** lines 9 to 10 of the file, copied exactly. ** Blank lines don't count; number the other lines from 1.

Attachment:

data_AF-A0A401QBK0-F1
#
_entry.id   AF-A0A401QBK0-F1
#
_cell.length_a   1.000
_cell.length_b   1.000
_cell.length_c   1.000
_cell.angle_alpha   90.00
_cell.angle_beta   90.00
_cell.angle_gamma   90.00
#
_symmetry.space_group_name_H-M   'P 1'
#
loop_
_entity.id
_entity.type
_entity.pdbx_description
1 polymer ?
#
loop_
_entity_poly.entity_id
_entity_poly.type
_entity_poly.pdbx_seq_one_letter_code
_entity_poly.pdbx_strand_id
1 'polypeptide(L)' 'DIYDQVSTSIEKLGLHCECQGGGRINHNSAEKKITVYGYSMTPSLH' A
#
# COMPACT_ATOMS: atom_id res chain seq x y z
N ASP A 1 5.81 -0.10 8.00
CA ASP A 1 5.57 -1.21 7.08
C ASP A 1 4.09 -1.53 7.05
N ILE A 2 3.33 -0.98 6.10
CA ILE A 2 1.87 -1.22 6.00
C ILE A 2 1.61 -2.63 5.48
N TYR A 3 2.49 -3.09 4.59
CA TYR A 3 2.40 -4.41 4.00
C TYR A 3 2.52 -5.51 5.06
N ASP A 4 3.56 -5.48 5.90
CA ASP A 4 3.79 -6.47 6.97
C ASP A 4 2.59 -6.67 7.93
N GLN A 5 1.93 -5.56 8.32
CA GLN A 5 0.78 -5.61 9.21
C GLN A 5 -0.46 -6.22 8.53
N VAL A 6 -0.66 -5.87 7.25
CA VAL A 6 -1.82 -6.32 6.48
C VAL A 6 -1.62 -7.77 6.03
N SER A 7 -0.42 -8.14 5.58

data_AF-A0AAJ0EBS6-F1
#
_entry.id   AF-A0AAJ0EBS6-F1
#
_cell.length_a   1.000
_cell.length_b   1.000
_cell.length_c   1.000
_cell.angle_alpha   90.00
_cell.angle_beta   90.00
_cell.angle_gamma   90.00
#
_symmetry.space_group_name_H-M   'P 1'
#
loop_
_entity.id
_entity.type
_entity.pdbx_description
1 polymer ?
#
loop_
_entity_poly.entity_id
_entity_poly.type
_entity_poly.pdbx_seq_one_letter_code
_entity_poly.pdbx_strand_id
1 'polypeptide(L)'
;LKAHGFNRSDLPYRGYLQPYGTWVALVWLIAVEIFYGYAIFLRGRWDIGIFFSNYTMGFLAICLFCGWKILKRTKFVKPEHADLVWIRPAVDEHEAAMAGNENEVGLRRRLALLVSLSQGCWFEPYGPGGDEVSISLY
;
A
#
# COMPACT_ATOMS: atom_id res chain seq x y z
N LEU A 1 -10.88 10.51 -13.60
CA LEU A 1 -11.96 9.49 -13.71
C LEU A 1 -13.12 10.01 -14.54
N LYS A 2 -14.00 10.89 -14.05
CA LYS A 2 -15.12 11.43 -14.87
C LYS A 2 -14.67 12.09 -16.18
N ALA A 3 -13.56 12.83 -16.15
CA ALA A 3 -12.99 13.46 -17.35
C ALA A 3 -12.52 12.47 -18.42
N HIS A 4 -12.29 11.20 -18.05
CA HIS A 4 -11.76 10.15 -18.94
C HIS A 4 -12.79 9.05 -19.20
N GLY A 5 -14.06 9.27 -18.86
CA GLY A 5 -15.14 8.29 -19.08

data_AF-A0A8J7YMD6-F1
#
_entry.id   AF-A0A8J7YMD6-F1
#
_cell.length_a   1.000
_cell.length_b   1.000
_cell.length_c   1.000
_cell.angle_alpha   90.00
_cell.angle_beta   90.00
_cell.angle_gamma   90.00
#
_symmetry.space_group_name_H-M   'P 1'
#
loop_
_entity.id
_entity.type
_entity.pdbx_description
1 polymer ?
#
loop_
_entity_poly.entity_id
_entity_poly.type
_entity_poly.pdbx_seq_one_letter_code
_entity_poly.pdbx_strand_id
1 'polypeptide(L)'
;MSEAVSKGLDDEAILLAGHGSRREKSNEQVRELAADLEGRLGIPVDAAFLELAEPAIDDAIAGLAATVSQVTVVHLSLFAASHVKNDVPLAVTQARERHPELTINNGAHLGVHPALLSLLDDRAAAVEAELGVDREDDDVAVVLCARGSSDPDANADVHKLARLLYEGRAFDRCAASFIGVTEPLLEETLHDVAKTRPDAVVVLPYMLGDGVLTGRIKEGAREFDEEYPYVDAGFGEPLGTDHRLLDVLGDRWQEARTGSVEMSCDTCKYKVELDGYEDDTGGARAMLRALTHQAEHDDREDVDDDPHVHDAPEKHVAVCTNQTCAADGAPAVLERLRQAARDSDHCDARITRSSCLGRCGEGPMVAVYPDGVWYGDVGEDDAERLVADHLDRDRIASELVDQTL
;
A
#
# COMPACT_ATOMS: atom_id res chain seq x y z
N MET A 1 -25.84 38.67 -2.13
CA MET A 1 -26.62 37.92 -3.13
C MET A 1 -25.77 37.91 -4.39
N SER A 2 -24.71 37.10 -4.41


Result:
_cell.angle_beta   90.00
_cell.angle_gamma   90.00